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We aim to provide information on this page on the key security and political risks which UK businesses may face when operating in Vietnam
DIT’s Exporting to Vietnam Guide provides useful information on developing your overseas trade in the Vietnam.
Vietnam is a one-party state ruled by the Communist Party of Vietnam (CPV). The CPV provides strategic direction and decides all major policy issues which the government then implements. The country is led by the so-called “four pillars”: CPV General Secretary, State President, Prime Minister and National Assembly Chair. General Party Secretary Nguyen Phu Trong currently holds two positions, Head of the CPV, the most powerful position in Vietnam and to which he has been reselected for another five-year term (from February 2021), and the State Presidency, which he will relinquish later this year. Policy is made on a consensus basis by the Politburo and currently prioritises stability, retaining the political status quo, domestic economic development and international integration. Regional security, especially in relation to the South China Sea, is a major foreign policy priority.
Party leaders are selected every five years at the National Party Congress. The National Party Congress sets the general direction for government economic and social policy for Vietnam for the subsequent five years. The most recent Congress was held in February 2021. Following this later in 2021 the 500 Deputies will be selected who make up the National Assembly, Vietnam’s legislative body and the body that confirms the appointment of Government ministers.
1.1 Political Environment
Vietnam is one of the more politically stable countries in South East Asia. The CPV is in control. Alongside maintaining the one-party state system, safeguarding territorial integrity and maintaining social order, its main aim is economic growth. Its aim is for Vietnam to become a middle-income country by 2025, an upper-income country by 2030 and a developed, high-income country by 2045. Vietnam recognises it will require more economic reform and sustainable growth to achieve this. Legislation needs improving, as does IT, telecoms and transport infrastructure. Climate change, natural disasters and cyber security are key threats.
Vietnam’s leadership does not welcome political dissent. Internal conflict is strictly controlled and large-scale and/or politically sensitive protests quelled. Issues of particular sensitivity include land rights, the rising influence of China in the region including in the South China Sea, environmental disasters, multi-party elections and criticism of the CPV (including of now retired senior figures). There are strict restrictions on freedom of speech which can affect news broadcasts (the BBC’s Vietnamese language service is blocked) and internet usage, particularly the use of social media and personal blogs to which access can be blocked without notice. The Cyber Security Law, which took effect in January 2019, requires international service providers to provide information to the Government on request and to censor posts within 24 hours of the request. Failure to do so may result in servers in Vietnam being taken offline. Mainstream domestic media outlets remain fully under the control and direction of the CPV so many people follow independent bloggers for their news updates.
1.2 COVID response
Vietnam’s COVID response has been internationally recognised as effective. A robust track and trace system that favours effectiveness over privacy and quick government action to lock down any outbreaks have ensured a low death toll and popular confidence in the system. Vietnam closed its borders early. It has suspended visas and visa waivers. Entry into Vietnam for foreign nationals is tightly restricted to a small number of diplomats on official business, certain high-skilled workers, and some family members. Entry applications for these continue to be processed case by case and must be submitted by an employer or family member directly to central/provincial authorities to obtain permission to enter. The requirements and processes may differ between provinces and permission is not guaranteed. Quarantine (of at least 14 days) is mandatory and takes place in government centres and designated hotels. Costs must be met by those arriving or by their employer. Government measures to restrict COVID-19 are subject to change at short notice, e.g. where there is a new outbreak, and may be relaxed or made stricter depending on prevailing circumstances in-country. Vietnam has pushed ahead on procuring vaccines via the multilateral COVAX facility, bilateral deals, and through developing four domestic vaccine candidates. Vietnam expects to begin to roll out its vaccination programme from Q2 2021. It is not yet clear whether this will include foreign nationals. Healthcare professionals, frontline workers, and older and medically vulnerable groups will be prioritised. Vietnam has indicated that it might pursue vaccine passports as a method of opening up some (limited) international travel, but policy specifics remain scarce and are not expected before Q3 2021.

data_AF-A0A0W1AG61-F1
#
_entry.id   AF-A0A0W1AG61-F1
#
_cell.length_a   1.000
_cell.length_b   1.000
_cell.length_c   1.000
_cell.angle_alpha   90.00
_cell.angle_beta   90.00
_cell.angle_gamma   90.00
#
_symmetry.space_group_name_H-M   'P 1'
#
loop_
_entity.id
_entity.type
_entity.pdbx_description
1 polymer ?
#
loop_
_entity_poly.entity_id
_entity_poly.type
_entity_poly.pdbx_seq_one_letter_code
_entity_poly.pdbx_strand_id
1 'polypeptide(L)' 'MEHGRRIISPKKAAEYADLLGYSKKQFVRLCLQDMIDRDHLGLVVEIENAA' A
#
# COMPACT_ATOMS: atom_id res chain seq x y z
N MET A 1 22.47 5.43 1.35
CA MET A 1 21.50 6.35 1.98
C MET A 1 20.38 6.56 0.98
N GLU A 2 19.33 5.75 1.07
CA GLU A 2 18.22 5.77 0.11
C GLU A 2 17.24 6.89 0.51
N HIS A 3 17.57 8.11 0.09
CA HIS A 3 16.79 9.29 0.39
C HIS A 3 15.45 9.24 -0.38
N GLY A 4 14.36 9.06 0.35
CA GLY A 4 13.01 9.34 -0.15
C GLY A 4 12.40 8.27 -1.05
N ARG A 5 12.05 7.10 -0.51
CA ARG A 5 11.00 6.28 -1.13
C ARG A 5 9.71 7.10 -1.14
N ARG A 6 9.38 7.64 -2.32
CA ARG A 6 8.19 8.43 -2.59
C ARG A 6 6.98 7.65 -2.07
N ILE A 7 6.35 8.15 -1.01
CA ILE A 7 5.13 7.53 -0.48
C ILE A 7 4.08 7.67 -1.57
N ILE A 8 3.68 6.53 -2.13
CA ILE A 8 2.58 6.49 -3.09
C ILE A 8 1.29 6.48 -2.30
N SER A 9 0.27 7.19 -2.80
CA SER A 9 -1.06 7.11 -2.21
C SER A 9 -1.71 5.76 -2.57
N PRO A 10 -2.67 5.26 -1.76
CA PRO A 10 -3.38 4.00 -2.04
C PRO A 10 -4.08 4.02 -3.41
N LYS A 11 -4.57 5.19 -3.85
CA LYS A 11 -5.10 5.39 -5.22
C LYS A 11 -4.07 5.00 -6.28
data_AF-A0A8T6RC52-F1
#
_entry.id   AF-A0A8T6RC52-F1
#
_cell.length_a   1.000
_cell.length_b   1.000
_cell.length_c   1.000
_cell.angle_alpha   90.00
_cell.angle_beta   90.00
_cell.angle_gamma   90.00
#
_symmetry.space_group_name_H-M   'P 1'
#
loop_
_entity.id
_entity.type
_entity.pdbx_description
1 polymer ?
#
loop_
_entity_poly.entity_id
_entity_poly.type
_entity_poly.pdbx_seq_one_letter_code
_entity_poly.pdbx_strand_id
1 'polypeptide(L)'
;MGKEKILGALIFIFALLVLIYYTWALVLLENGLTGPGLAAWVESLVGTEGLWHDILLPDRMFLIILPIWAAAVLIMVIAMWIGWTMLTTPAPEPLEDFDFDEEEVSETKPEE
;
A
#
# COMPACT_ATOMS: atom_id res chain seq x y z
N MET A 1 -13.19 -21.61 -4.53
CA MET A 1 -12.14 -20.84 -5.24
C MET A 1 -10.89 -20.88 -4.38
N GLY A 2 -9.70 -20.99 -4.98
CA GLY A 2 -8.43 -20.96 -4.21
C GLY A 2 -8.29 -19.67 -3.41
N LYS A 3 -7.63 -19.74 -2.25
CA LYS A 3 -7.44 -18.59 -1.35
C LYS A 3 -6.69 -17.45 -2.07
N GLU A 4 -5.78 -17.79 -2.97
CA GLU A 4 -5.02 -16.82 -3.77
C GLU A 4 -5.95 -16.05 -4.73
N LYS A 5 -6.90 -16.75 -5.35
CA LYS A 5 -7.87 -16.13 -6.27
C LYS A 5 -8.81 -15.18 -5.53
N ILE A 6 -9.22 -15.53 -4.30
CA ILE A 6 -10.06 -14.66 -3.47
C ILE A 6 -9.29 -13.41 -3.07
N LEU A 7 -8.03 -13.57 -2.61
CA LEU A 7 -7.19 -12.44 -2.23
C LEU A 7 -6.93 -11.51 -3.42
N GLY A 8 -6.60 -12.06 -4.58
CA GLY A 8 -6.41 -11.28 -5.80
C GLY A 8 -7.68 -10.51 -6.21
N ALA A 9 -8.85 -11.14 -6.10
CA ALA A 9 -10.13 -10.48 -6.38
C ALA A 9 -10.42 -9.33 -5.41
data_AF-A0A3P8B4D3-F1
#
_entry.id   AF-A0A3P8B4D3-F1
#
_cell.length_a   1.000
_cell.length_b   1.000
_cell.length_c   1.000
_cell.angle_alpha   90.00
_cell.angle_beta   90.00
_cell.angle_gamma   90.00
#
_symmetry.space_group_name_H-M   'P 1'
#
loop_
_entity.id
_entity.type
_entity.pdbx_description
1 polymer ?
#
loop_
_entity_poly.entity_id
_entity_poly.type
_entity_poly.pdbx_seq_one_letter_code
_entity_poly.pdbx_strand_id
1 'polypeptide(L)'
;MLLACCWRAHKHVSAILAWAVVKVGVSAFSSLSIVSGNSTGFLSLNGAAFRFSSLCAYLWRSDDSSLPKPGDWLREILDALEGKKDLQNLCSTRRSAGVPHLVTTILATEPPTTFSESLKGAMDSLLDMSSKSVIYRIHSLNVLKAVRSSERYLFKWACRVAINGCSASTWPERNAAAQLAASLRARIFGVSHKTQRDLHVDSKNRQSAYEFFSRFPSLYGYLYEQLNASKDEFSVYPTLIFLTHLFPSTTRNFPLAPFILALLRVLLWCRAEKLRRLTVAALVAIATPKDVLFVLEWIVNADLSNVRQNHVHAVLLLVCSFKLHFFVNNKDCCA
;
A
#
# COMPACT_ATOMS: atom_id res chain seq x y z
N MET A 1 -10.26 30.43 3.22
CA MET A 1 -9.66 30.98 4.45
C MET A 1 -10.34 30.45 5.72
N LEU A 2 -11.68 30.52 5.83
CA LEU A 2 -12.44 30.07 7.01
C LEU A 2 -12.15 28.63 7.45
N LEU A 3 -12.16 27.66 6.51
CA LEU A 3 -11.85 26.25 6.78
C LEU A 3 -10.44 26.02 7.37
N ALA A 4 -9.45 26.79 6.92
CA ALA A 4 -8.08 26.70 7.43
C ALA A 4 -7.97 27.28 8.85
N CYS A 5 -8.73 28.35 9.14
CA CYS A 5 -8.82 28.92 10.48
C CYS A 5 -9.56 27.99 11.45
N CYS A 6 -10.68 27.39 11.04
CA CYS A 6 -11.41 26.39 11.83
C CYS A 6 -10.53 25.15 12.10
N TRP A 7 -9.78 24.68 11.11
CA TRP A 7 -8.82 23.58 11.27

2. Economic and Trade
Vietnam has transformed since 1986, with millions taken out of poverty. It remains one of the fastest growing global economies despite the COVID-19 pandemic, achieving 2.9% GDP growth for 2020 (in 2019, Vietnam’s economy grew at 7%). The country’s GDP is estimated at US$341 billion, ranked 38th globally and 4th in ASEAN, according to the IMF. GDP per capita is estimated at US$3,500 and has more than doubled over the last decade.
Vietnam’s population is estimated at 97.5 million (2020). The median age is 31, and almost 40% of the country is under 25 years old. Over the past two decades, Vietnam has achieved significant improvements in general education and health. Vietnam ranked 38th in World Bank’s 2020 Human Capital Index, one of the highest scores in East Asia Pacific.
Vietnam has increasingly opened to global trade. Trade has almost quadrupled over the last decade and is now more than twice the size of the economy. The country has an extensive network of trade agreements with 15 signed FTAs including the recently signed RCEP (Regional Comprehensive Economic Partnership) – the largest FTA globally.